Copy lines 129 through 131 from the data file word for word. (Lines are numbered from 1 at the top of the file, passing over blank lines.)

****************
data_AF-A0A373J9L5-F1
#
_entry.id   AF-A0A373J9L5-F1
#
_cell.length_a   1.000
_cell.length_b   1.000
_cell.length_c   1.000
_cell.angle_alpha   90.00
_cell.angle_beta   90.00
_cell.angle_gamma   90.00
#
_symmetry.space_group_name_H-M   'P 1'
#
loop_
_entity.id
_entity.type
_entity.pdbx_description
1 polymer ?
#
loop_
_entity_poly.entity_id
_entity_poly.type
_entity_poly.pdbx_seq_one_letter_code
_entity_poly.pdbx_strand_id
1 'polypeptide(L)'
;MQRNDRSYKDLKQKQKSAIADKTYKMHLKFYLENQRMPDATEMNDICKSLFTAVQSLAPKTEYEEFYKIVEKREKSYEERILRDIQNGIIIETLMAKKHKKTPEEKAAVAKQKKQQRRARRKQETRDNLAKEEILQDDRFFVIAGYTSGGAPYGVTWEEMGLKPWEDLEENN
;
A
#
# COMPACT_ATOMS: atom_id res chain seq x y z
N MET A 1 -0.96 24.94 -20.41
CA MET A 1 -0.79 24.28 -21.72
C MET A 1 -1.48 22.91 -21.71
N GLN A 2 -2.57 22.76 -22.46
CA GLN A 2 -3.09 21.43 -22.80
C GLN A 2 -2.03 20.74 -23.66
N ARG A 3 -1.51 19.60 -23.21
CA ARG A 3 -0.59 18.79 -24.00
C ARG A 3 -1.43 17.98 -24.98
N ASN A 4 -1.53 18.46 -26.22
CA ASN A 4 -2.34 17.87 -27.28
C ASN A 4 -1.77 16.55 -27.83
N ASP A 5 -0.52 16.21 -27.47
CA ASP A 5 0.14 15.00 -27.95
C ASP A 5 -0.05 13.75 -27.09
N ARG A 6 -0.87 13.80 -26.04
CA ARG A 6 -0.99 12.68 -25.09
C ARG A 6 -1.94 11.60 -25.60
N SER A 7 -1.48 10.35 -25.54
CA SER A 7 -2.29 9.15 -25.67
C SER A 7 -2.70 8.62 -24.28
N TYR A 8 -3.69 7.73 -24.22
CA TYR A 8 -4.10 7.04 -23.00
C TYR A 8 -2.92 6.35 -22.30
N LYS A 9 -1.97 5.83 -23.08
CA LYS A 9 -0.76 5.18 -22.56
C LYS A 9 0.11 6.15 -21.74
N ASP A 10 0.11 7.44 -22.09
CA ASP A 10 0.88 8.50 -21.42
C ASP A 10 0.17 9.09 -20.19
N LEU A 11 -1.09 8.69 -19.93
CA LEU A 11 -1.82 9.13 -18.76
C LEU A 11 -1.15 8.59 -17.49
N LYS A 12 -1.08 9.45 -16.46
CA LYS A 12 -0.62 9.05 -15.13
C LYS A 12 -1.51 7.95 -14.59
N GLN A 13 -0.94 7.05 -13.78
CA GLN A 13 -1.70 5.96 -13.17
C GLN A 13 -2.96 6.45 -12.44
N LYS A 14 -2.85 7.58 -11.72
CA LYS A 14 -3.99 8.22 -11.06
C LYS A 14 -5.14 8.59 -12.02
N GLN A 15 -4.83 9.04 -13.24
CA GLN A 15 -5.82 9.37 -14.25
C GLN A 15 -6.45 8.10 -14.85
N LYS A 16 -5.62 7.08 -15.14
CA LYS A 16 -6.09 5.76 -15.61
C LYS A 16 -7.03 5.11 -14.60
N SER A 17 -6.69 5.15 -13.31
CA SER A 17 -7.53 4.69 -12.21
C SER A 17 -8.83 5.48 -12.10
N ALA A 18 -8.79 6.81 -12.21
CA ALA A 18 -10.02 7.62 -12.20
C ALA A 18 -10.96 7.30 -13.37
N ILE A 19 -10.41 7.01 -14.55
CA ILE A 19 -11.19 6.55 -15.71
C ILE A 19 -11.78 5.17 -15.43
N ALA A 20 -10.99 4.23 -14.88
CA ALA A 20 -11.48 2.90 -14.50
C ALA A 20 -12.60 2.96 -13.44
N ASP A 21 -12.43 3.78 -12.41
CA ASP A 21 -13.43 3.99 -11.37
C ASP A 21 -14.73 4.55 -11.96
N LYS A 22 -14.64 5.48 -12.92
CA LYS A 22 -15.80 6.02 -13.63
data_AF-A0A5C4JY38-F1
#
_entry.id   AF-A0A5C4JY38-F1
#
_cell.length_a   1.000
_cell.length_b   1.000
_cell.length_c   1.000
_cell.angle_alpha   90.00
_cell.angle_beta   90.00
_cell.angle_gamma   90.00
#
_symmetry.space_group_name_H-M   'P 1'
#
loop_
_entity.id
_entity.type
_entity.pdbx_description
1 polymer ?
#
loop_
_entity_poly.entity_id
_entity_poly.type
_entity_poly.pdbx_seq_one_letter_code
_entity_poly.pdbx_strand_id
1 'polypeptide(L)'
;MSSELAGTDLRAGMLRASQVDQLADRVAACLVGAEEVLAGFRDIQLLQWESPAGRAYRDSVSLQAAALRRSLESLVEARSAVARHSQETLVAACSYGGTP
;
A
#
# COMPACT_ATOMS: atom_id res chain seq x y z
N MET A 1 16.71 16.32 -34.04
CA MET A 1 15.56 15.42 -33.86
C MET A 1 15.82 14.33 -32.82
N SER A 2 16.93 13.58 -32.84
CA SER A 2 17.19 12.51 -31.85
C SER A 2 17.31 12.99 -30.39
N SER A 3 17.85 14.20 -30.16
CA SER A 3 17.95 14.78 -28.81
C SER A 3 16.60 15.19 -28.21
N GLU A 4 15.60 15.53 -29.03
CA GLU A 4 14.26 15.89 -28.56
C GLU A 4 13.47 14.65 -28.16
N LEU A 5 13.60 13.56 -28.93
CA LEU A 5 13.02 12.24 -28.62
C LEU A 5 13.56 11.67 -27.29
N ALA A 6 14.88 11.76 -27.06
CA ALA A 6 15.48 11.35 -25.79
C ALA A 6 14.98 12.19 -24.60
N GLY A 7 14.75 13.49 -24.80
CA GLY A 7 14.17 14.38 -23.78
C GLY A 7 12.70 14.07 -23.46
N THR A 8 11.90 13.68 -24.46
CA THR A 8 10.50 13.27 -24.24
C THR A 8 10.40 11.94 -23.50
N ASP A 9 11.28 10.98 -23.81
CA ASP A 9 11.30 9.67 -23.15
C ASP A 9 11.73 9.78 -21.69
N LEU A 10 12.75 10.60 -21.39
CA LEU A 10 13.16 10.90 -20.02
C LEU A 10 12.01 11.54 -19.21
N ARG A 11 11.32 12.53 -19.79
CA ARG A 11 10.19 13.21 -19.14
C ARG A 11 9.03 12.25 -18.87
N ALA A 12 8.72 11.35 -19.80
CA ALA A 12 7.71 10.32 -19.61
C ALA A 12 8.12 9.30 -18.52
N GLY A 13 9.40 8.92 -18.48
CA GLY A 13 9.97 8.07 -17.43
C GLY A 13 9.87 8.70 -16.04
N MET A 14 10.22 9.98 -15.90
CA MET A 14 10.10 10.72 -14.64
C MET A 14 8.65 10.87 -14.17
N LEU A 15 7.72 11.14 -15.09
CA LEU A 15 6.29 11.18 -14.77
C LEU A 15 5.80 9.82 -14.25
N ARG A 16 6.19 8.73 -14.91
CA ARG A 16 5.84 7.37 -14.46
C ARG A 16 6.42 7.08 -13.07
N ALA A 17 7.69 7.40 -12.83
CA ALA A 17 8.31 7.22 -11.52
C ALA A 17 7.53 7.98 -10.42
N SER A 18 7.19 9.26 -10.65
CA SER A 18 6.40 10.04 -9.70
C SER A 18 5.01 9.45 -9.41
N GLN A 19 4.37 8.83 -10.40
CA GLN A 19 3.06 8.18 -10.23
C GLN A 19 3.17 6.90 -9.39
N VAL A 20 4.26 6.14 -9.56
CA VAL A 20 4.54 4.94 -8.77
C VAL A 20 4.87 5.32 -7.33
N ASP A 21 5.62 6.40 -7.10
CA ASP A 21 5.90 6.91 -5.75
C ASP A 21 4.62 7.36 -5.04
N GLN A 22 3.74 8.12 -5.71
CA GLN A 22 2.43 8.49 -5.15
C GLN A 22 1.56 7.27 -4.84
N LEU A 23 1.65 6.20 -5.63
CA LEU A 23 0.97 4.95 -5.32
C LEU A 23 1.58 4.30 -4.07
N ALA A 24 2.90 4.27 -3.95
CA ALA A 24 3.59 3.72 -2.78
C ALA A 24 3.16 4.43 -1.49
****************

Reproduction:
N SER A 2 16.93 13.58 -32.84
CA SER A 2 17.19 12.51 -31.85
C SER A 2 17.31 12.99 -30.39